Home range size of Tengmalm's owl during breeding in Central Europe is determined by prey abundance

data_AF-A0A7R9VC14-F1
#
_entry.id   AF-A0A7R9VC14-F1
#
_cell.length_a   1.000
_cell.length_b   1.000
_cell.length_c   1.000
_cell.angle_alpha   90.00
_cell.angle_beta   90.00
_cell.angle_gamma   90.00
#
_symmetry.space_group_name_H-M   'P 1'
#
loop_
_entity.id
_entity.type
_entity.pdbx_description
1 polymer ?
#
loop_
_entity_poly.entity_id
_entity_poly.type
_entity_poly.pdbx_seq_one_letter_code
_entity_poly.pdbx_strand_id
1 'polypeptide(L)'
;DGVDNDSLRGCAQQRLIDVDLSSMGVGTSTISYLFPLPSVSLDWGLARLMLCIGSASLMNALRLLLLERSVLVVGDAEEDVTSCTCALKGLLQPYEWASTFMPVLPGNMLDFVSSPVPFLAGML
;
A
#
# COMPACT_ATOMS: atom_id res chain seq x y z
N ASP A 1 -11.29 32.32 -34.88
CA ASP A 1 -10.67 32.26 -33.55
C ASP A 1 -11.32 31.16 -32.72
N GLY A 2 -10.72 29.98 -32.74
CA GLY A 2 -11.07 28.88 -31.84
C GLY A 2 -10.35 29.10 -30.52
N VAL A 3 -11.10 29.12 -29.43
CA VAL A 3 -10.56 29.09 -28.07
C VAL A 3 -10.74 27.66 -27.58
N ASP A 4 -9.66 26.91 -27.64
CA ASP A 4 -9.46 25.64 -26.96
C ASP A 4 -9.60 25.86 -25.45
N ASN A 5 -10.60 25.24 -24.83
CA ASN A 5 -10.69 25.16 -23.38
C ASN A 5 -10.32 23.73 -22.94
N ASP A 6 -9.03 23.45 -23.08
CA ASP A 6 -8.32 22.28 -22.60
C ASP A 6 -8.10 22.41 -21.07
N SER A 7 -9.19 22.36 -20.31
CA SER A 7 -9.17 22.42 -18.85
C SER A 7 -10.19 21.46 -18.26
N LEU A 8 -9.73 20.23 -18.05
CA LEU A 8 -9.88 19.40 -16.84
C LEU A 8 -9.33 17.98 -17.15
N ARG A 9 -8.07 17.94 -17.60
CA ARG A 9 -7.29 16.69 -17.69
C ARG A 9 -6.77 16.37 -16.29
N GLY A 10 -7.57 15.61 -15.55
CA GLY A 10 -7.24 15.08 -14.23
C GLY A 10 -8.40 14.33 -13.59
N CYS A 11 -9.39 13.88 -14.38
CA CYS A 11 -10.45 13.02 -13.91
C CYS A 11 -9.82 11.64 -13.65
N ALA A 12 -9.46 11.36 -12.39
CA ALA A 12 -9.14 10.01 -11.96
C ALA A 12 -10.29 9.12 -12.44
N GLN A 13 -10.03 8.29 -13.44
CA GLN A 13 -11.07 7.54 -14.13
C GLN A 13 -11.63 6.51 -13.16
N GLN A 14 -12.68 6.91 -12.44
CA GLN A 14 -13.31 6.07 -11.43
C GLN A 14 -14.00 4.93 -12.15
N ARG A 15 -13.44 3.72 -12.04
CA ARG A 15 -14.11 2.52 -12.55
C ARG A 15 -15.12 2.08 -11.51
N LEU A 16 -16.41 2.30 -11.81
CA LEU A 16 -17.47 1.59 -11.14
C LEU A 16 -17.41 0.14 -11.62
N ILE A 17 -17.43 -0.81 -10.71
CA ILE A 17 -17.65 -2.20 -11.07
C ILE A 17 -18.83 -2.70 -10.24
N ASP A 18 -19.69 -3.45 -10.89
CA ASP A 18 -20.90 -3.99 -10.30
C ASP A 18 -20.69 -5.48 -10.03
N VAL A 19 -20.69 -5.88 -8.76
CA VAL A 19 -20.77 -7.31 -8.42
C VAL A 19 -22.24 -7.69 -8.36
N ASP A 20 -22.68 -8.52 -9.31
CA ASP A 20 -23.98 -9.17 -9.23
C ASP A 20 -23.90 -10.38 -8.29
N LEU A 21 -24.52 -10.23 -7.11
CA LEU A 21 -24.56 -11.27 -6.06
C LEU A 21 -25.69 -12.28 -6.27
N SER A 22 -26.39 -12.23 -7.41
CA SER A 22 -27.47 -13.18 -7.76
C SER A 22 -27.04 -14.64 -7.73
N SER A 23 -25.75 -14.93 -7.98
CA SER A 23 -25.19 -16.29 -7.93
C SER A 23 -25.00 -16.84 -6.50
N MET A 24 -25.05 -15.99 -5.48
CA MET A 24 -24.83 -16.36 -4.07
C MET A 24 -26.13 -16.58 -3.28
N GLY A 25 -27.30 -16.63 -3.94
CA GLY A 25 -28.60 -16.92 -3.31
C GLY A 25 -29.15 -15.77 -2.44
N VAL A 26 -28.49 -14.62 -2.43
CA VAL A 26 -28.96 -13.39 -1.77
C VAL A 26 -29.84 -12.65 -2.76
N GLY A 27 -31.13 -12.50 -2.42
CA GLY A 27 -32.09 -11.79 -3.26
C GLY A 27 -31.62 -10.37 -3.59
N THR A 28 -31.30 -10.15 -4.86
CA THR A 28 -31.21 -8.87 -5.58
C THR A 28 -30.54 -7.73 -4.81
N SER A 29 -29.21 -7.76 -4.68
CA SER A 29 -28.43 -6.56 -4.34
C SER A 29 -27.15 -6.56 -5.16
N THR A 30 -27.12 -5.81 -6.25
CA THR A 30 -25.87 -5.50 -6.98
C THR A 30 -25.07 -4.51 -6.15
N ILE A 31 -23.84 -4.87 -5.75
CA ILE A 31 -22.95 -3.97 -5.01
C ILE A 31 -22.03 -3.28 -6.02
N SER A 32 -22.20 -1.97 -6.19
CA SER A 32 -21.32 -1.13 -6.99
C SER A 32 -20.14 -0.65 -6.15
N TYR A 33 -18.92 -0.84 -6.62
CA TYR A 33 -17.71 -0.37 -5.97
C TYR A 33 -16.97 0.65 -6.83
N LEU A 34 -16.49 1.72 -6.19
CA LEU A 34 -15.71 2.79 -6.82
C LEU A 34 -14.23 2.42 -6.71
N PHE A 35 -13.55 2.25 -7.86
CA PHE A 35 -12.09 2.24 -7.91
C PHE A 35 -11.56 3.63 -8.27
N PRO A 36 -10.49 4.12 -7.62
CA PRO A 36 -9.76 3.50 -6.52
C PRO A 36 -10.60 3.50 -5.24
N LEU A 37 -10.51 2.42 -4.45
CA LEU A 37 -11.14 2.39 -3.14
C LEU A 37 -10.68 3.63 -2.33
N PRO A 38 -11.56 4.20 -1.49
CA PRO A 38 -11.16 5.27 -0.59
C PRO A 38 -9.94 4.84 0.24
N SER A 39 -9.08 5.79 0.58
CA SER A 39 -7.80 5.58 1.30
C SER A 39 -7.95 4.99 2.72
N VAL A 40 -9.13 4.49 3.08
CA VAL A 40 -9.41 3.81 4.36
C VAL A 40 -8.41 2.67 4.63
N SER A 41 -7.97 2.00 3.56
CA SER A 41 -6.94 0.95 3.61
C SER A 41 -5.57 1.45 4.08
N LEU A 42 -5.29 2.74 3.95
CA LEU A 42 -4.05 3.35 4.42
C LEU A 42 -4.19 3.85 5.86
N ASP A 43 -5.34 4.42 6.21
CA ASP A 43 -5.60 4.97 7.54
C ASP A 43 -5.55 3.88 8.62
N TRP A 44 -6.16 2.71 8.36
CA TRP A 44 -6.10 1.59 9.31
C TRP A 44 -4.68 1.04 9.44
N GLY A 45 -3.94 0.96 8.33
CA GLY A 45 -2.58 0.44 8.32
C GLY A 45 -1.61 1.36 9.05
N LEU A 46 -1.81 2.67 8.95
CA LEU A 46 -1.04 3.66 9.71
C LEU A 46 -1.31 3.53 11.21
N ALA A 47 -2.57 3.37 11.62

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Animal home ranges typically characterized by their size, shape and a given time interval can be affected by many different biotic and abiotic factors. However, despite the fact that many studies have addressed home ranges, our knowledge of the factors influencing the size of area occupied by different animals is, in many cases, still quite poor, especially among raptors. Using radio-telemetry (VHF; 2.1 g tail-mounted tags) we studied movements of 20 Tengmalm’s owl (Aegolius funereus) males during the breeding season in a mountain area of Central Europe (the Czech Republic, the Ore Mountains: 50C 40′ N, 13C 35′ E) between years 2006±2010, determined their average hunting home range size and explored what factors affected the size of home range utilised. The mean breeding home range size calculated according to 95% fixed kernel density estimator was 190.7 ± 65.7 ha (± SD) with a median value of 187.1 ha. Home range size was affected by prey abundance, presence or absence of polygyny, the number of fledglings, and weather conditions. Home range size increased with decreasing prey abundance. Polygynously mated males had overall larger home range than those mated monogamously, and individuals with more fledged young possessed larger home range compared to those with fewer raised fledglings. Finally, we found that home ranges recorded during harsh weather (nights with strong wind speed and/or heavy rain) were smaller in size than those registered during better weather. Overall, the results provide novel insights into what factors may influence home range size and emphasize the prey abundance as a key factor for breeding dynamics in Tengmalm’s owl.
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